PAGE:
Danno and I got into a bit of a talk earlier this week about directors who don't respect their audience. I was mostly to blame for this, having gone on a Kubrick interest-binge, but we'll go more into that on a later post. What I am going to discuss now is Neon Genesis Evangelion.
Just for starters, I like the series and Danno doesn't. I'm not going to try to convince him he's wrong because, let's face it, if someone doesn't like something, they don't like it. We can still discuss it because honorable people are allowed to disagree; and, I can see where he's coming from on a lot of levels.
[EDIT: Danno reminds me that it's the fans of the show he doesn't like, not necessarily the show itself. It's not that he doesn't like the show, he just doesn't like it.]
NGE is an oddity that's been imitated and spoofed multiple times. I don't know if it could be considered ground-breaking, but when it came out, I was enthralled.
My first viewings were terrible, fan-subbed Realplayer files, but there was still something going on there that I wanted to know more about. This may be part of why I liked the series versus the folks who don't; you weren't assailed with screechy voices that made already unaccessible characters instantly unlikable. And the people in NGE aren't really that likable to start with. Shinji isn't worth investing much in. Asuka was mean to everyone and Rei was just....there.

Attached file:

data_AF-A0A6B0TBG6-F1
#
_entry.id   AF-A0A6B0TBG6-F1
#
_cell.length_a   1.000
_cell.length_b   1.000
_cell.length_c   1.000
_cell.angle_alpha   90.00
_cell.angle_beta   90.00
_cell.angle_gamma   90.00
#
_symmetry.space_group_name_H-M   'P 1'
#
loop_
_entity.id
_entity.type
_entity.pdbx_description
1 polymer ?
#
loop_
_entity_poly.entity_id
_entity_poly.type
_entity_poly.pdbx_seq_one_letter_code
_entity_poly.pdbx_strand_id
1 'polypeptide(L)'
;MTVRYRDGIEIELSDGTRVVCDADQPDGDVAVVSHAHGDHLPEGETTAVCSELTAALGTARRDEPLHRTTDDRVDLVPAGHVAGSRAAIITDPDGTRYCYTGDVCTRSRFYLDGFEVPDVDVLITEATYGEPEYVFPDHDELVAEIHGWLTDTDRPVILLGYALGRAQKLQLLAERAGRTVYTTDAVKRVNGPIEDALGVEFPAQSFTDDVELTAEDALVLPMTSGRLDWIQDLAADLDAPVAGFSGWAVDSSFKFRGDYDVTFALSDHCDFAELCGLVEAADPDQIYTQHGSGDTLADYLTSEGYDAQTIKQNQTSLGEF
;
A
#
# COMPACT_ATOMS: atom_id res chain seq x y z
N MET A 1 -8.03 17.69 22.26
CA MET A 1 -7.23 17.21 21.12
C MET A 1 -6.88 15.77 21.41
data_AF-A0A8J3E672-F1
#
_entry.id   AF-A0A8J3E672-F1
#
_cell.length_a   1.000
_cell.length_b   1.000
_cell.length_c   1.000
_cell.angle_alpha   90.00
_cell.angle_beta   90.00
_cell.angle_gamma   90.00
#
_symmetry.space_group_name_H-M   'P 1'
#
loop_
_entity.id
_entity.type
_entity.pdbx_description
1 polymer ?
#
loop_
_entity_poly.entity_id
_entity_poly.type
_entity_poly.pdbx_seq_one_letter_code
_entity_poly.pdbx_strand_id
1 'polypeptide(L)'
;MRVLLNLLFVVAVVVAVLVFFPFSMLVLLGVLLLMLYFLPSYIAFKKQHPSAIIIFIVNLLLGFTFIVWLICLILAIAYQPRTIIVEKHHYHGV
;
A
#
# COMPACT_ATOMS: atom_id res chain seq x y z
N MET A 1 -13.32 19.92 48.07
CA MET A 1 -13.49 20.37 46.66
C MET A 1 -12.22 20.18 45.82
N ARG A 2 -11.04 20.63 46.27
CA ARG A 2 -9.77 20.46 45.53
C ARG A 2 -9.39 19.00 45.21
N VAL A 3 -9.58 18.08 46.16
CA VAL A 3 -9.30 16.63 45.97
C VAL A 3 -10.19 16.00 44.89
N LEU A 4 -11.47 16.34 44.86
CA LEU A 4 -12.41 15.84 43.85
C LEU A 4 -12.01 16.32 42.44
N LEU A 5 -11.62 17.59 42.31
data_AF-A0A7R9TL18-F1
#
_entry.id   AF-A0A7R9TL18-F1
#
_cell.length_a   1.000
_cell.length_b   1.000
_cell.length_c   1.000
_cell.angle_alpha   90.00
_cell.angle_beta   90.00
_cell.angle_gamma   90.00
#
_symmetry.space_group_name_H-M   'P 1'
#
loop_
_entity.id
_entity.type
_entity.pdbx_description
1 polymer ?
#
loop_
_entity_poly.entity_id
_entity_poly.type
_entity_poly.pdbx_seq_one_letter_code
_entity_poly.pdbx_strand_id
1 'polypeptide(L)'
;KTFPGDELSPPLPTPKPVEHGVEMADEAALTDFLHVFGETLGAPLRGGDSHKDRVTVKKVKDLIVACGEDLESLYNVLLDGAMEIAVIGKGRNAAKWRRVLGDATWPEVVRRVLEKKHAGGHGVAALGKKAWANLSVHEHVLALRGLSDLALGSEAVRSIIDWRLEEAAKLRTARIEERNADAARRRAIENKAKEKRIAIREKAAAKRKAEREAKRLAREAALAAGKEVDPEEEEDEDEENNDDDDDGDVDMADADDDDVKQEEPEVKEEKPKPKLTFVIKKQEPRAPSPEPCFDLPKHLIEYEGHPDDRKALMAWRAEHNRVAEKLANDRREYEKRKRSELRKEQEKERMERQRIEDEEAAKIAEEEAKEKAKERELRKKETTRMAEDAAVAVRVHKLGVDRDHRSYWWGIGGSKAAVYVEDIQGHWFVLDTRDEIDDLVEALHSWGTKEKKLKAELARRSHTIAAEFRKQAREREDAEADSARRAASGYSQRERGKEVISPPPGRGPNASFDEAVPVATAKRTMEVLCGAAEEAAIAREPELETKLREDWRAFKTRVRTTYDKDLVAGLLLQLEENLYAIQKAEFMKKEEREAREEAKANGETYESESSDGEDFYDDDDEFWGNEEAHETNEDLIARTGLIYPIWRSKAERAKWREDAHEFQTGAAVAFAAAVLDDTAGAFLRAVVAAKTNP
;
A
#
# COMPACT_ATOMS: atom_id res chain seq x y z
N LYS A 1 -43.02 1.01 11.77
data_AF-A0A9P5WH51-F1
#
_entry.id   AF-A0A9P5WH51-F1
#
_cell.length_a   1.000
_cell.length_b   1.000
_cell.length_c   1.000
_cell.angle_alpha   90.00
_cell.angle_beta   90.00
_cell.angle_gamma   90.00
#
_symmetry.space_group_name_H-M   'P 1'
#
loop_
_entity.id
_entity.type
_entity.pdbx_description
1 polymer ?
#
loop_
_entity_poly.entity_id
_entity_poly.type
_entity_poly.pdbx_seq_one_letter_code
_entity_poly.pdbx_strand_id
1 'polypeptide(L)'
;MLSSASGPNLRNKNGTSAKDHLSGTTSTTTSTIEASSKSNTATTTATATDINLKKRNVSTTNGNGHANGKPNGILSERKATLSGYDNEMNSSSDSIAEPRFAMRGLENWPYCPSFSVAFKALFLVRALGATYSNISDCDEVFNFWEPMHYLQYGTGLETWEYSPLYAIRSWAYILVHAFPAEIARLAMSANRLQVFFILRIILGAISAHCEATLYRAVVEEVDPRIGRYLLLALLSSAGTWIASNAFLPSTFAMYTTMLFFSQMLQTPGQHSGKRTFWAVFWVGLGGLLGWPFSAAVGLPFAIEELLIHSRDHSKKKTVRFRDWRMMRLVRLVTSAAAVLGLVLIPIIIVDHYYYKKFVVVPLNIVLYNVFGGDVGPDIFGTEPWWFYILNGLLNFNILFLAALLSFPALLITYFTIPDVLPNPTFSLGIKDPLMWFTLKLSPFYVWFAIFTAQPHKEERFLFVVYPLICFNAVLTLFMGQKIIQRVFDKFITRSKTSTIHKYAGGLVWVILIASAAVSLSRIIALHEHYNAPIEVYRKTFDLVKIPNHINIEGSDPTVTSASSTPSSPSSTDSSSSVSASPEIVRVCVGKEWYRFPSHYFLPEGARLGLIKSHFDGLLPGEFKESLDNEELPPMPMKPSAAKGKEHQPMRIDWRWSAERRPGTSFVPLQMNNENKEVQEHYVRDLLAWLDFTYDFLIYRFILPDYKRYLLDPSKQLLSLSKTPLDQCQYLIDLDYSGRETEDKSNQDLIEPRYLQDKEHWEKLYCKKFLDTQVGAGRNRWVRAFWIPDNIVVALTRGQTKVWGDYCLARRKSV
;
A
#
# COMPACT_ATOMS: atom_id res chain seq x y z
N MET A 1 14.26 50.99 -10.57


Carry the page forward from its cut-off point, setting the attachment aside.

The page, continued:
The music was a huge disappointment for me, having seen Akira and Macross Plus (both soundtracks I will still listen to, to this day). The animation was decent enough; at least you could tell what was going on, for the most part. The writing seemed pretty straightforward: kids in giant robots fighting monsters wish an undercurrent of political intrigue. There was even the annoyingly adorable character of Pen-Pen, who added zilch to the story. It was an anime, so what was the big deal?
I adored it. I consumed it in whatever format I could. I bought the box-set on VHS and scoured the Internet for music videos. I didn't even mind that first ending.
But, I was already caught up in an undercurrent that had run the length of the series. There was a hidden meaning to everything and I was determined to find out what it was. I knew it was there, but I didn't know what it was yet.
It started with the name Sandalphon.
Just so you know, the name Dr. Mila isn't just a stage-name. I actually have a doctorate in metaphysics. If you want to know what a thing means, symbolically, I'm your gal. I'll tell you color codes, name meanings, and what the significance of a square halo is. Required reading includes Frazer's Golden Bough, Graves' White Goddess, and Jung's Man and His Symbols. In studying magick, I've gone through most of Crowley's bibliography, as well as the Sefer Yetzirah, and even The Book of Enoch.
I was watching this anime early in my studies, and the name of Sandalphon pinged loud and clear. What was the angel of the marriage bed doing at the bottom of a volcano?
Herp-a-derp. It was being born.
By the time they introduced Lilith, I was completely on board. It all clicked into place and that's part of why I don't mind that ending. I don't even mind the second ending, as it really does make sense to me. If you like, I could sit and explain every little thing that happened there. But really, that's pretty boring.